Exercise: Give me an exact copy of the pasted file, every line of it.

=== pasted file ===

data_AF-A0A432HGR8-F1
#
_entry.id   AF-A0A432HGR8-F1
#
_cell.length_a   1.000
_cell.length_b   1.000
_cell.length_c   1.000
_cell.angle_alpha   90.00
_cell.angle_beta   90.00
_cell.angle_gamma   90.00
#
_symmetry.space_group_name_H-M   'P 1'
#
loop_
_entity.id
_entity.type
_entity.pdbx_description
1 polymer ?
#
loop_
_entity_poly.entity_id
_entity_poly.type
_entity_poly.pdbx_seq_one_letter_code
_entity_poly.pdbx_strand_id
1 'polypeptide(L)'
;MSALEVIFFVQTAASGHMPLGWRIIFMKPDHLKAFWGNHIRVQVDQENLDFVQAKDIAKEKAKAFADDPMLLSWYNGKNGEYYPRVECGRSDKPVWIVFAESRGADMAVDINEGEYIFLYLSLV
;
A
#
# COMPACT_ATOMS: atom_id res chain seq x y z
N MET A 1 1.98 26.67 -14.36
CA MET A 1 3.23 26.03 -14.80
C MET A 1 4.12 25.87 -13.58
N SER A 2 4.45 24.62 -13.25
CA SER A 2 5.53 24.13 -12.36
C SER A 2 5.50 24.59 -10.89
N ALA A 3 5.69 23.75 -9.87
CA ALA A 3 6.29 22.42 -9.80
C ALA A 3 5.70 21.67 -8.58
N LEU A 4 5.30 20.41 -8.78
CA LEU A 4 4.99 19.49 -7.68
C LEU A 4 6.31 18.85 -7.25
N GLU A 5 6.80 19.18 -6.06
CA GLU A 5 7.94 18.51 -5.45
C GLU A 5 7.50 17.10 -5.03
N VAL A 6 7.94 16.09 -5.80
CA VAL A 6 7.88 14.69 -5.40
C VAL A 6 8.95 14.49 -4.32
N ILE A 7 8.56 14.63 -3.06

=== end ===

data_AF-A0A432HGR8-F1
#
_entry.id   AF-A0A432HGR8-F1
#
_cell.length_a   1.000
_cell.length_b   1.000
_cell.length_c   1.000
_cell.angle_alpha   90.00
_cell.angle_beta   90.00
_cell.angle_gamma   90.00
#
_symmetry.space_group_name_H-M   'P 1'
#
loop_
_entity.id
_entity.type
_entity.pdbx_description
1 polymer ?
#
loop_
_entity_poly.entity_id
_entity_poly.type
_entity_poly.pdbx_seq_one_letter_code
_entity_poly.pdbx_strand_id
1 'polypeptide(L)'
;MSALEVIFFVQTAASGHMPLGWRIIFMKPDHLKAFWGNHIRVQVDQENLDFVQAKDIAKEKAKAFADDPMLLSWYNGKNGEYYPRVECGRSDKPVWIVFAESRGADMAVDINEGEYIFLYLSLV
;
A
#
# COMPACT_ATOMS: atom_id res chain seq x y z
N MET A 1 1.98 26.67 -14.36
CA MET A 1 3.23 26.03 -14.80
C MET A 1 4.12 25.87 -13.58
N SER A 2 4.45 24.62 -13.25
CA SER A 2 5.53 24.13 -12.36
C SER A 2 5.50 24.59 -10.89
N ALA A 3 5.69 23.75 -9.87
CA ALA A 3 6.29 22.42 -9.80
C ALA A 3 5.70 21.67 -8.58
N LEU A 4 5.30 20.41 -8.78
CA LEU A 4 4.99 19.49 -7.68
C LEU A 4 6.31 18.85 -7.25
N GLU A 5 6.80 19.18 -6.06
CA GLU A 5 7.94 18.51 -5.45
C GLU A 5 7.50 17.10 -5.03
N VAL A 6 7.94 16.09 -5.80
CA VAL A 6 7.88 14.69 -5.40
C VAL A 6 8.95 14.49 -4.32
N ILE A 7 8.56 14.63 -3.06